Novel antiviral nanotherapeutics, which may inactivate the virus and block it from entering host cells, represent an important challenge to face viral global health emergencies around the world. Using a combination of bioorthogonal copper-catalyzed 1,3-dipolar alkyne/azide cycloaddition (CuAAC) and photoinitiated thiol-ene coupling, monofunctional and bifunctional peptidodendrimer conjugates were obtained. The conjugates are biocompatible and demonstrate no toxicity to cells at biologically relevant concentrations. Furthermore, the orthogonal addition of multiple copies of two different antiviral peptides on the surface of a single dendrimer allowed the resulting bioconjugates to inhibit Herpes simplex virus type 1 at both the early and the late stages of the infection process. The presented work builds on further improving this attractive design to obtain a new class of therapeutics.


Subject(s)
Antiviral Agents/pharmacology , Dendrimers/pharmacology , Glycoproteins , Herpesvirus 1, Human , Peptides/pharmacology , Viral Proteins , Amino Acid Sequence , Animals , Antiviral Agents/chemistry , CHO Cells , Cell Line , Cell Survival/drug effects , Chemical Phenomena , Chemistry Techniques, Synthetic , Chromatography, High Pressure Liquid , Cricetulus , Dendrimers/chemistry , Glycoproteins/chemistry , Herpesvirus 1, Human/metabolism , Microbial Sensitivity Tests , Molecular Structure , Peptides/chemistry , Spectrum Analysis , Viral Proteins/chemistry
13.
Nanoscale ; 13(22): 10133-10142, 2021 Jun 14.
Article in English | MEDLINE | ID: covidwho-1249216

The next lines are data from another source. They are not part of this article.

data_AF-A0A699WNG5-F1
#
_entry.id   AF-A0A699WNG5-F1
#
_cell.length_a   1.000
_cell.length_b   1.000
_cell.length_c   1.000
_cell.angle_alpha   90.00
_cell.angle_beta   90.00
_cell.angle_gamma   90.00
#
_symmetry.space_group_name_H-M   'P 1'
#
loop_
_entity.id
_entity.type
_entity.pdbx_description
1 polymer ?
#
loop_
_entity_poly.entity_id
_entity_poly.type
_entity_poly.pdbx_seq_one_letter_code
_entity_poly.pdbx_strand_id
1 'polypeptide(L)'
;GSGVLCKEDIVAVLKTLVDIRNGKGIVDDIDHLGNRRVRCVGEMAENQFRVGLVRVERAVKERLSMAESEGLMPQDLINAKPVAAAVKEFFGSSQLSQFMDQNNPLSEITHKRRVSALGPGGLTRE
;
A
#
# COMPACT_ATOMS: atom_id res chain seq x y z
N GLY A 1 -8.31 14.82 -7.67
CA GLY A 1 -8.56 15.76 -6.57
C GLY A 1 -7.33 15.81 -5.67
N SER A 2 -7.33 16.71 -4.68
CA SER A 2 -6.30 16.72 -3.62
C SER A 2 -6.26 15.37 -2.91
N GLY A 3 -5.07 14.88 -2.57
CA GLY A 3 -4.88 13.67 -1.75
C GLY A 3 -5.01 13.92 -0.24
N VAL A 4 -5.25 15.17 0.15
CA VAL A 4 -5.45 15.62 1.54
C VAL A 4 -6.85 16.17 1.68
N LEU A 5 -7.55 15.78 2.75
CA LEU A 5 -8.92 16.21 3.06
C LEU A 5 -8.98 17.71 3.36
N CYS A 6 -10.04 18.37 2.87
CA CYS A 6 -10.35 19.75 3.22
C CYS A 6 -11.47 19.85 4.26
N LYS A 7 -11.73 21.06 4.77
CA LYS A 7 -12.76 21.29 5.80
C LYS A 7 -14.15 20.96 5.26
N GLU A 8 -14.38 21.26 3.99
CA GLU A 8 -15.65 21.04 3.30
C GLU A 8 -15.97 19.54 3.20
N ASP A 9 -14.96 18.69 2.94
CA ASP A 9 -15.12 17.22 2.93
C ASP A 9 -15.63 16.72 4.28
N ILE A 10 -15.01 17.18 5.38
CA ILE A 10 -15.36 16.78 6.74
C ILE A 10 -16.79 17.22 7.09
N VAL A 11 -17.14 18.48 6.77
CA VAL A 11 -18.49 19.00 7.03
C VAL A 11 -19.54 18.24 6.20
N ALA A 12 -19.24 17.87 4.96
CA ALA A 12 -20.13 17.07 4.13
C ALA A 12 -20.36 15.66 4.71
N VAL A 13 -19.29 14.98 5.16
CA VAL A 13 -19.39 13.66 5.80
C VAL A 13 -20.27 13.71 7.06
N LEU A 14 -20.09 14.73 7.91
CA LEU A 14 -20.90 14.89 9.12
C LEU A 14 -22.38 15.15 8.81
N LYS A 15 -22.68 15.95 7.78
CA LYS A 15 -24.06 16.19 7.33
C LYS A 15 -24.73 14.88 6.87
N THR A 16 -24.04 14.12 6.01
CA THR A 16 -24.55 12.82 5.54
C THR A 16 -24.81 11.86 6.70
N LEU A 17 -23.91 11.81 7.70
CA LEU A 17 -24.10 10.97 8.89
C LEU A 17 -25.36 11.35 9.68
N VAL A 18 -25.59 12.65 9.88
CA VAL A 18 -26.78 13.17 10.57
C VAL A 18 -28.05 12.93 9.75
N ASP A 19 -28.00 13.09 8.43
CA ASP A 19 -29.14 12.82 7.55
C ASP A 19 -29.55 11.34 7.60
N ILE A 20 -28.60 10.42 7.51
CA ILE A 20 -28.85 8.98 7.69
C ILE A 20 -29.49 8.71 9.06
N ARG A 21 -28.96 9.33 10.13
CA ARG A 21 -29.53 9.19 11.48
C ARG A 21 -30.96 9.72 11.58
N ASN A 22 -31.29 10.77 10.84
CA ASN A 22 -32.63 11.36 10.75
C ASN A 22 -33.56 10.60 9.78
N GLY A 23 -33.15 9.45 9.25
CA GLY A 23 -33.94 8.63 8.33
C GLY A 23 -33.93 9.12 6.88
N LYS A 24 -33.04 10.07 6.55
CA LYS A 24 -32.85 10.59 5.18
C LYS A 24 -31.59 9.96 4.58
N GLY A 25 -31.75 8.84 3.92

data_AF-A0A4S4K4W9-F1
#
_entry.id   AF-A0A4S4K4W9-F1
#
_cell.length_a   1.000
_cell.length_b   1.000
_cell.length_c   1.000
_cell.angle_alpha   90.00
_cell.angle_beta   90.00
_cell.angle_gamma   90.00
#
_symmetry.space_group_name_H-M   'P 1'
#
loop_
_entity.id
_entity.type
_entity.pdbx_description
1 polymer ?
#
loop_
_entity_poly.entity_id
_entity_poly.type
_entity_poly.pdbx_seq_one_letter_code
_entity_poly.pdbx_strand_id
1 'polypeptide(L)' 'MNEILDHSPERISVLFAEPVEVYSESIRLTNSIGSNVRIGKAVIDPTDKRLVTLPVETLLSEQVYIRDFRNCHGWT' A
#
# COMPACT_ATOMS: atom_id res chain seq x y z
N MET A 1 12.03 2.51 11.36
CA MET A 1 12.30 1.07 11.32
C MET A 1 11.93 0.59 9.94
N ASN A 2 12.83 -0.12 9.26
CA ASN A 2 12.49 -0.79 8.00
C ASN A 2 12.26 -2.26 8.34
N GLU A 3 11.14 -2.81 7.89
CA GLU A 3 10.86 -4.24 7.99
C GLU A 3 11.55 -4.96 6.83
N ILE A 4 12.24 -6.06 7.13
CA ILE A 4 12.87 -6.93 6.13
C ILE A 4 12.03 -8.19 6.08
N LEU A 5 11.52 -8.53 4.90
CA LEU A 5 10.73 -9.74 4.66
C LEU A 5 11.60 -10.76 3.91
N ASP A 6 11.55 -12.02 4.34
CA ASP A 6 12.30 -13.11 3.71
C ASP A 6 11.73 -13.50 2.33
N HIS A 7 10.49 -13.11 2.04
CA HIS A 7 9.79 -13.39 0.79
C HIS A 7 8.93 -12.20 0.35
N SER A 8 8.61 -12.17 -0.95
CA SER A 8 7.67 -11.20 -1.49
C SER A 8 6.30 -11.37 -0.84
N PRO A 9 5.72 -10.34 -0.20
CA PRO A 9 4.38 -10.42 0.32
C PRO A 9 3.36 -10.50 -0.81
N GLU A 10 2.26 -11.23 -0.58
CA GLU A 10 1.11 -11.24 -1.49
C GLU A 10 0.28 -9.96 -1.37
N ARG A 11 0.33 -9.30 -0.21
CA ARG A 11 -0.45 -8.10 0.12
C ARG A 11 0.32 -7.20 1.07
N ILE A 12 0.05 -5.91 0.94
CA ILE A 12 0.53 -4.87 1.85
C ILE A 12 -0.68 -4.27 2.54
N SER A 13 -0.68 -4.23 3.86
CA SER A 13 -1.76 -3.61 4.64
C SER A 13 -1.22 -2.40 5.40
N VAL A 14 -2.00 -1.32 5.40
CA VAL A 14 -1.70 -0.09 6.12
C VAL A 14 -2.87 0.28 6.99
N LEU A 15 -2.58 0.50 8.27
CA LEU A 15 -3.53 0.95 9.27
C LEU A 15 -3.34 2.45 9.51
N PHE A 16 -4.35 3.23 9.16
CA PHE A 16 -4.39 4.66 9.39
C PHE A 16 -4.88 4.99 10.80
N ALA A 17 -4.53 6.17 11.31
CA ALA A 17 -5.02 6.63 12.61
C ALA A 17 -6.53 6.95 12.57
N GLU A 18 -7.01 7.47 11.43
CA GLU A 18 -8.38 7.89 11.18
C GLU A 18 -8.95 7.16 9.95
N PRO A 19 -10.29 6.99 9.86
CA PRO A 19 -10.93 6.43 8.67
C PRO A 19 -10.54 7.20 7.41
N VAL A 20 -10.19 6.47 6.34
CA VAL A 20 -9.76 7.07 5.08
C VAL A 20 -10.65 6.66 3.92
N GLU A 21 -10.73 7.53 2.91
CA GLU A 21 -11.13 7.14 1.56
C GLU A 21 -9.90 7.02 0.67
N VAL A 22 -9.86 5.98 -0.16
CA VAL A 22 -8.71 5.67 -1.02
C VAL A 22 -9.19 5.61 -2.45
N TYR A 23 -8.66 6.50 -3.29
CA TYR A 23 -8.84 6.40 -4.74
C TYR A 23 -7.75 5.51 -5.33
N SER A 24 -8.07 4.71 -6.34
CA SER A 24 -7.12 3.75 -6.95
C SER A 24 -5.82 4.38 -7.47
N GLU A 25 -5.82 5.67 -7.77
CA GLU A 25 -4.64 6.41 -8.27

ABSTRACT

Efficient point-of-care diagnosis of severe acute respiratory syndrome-corovavirus-2 (SARS-CoV-2) is crucial for the early control of novel coronavirus infections. At present, polymerase chain reaction (PCR) is primarily used to detect SARS-CoV-2. Despite the high sensitivity, the PCR process is time-consuming and complex which limits its applicability for rapid testing of large-scale outbreaks. Here, we propose a rapid and easy-to-implement approach for SARS-CoV-2 detection based on surface enhanced infrared absorption (SEIRA) spectroscopy. The evaporated gold nano-island films are used as SEIRA substrates which are functionalized with the single-stranded DNA probes for specific binding to selected SARS-CoV-2 genomic sequences. The infrared absorption spectra are analyzed using the principal component analysis method to identify the key characteristic differences between infected and control samples. The SEIRA-based biosensor demonstrates rapid detection of SARS-CoV-2, completing the detection of 1 µM viral nucleic acids within less than 5 min without any amplification. When combined with the recombinase polymerase amplification treatment, the detection capability of 2.98 copies per µL (5 aM) can be completed within 30 min. This approach provides a simple and economical alternative for COVID-19 diagnosis, which can be potentially useful in monitoring and controlling future pandemics in a timely manner.